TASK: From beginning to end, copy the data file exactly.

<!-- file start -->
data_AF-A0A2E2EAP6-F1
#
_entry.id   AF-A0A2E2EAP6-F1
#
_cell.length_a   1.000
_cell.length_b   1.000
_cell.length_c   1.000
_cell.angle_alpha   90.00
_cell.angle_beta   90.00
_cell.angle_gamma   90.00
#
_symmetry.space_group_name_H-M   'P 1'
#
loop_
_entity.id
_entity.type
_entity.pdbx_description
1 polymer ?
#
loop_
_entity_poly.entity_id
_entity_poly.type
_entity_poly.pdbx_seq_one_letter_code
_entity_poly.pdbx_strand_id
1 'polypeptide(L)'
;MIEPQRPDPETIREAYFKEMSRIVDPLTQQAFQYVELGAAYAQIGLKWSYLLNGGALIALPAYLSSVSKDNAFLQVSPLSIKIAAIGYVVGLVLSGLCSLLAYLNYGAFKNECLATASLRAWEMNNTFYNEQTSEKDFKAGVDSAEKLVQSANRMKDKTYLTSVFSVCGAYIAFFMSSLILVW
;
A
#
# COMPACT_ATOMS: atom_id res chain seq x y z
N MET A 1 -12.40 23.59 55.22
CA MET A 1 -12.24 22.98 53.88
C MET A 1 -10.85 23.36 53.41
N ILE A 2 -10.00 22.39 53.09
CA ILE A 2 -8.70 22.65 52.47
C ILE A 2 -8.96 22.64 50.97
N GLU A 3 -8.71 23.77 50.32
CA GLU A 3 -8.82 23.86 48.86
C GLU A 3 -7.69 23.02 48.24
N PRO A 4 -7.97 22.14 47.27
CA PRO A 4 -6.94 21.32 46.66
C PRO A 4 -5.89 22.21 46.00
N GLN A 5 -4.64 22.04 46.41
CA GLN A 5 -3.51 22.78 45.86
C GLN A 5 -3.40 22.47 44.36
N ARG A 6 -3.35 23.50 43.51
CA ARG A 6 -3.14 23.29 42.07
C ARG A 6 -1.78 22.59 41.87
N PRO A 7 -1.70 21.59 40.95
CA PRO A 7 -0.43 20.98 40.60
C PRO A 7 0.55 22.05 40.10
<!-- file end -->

data_AF-A0A2E2EAP6-F1
#
_entry.id   AF-A0A2E2EAP6-F1
#
_cell.length_a   1.000
_cell.length_b   1.000
_cell.length_c   1.000
_cell.angle_alpha   90.00
_cell.angle_beta   90.00
_cell.angle_gamma   90.00
#
_symmetry.space_group_name_H-M   'P 1'
#
loop_
_entity.id
_entity.type
_entity.pdbx_description
1 polymer ?
#
loop_
_entity_poly.entity_id
_entity_poly.type
_entity_poly.pdbx_seq_one_letter_code
_entity_poly.pdbx_strand_id
1 'polypeptide(L)'
;MIEPQRPDPETIREAYFKEMSRIVDPLTQQAFQYVELGAAYAQIGLKWSYLLNGGALIALPAYLSSVSKDNAFLQVSPLSIKIAAIGYVVGLVLSGLCSLLAYLNYGAFKNECLATASLRAWEMNNTFYNEQTSEKDFKAGVDSAEKLVQSANRMKDKTYLTSVFSVCGAYIAFFMSSLILVW
;
A
#
# COMPACT_ATOMS: atom_id res chain seq x y z
N MET A 1 -12.40 23.59 55.22
CA MET A 1 -12.24 22.98 53.88
C MET A 1 -10.85 23.36 53.41
N ILE A 2 -10.00 22.39 53.09
CA ILE A 2 -8.70 22.65 52.47
C ILE A 2 -8.96 22.64 50.97
N GLU A 3 -8.71 23.77 50.32
CA GLU A 3 -8.82 23.86 48.86
C GLU A 3 -7.69 23.02 48.24
N PRO A 4 -7.97 22.14 47.27
CA PRO A 4 -6.94 21.32 46.66
C PRO A 4 -5.89 22.21 46.00
N GLN A 5 -4.64 22.04 46.41
CA GLN A 5 -3.51 22.78 45.86
C GLN A 5 -3.40 22.47 44.36
N ARG A 6 -3.35 23.50 43.51
CA ARG A 6 -3.14 23.29 42.07
C ARG A 6 -1.78 22.59 41.87
N PRO A 7 -1.70 21.59 40.95
CA PRO A 7 -0.43 20.98 40.60
C PRO A 7 0.55 22.05 40.10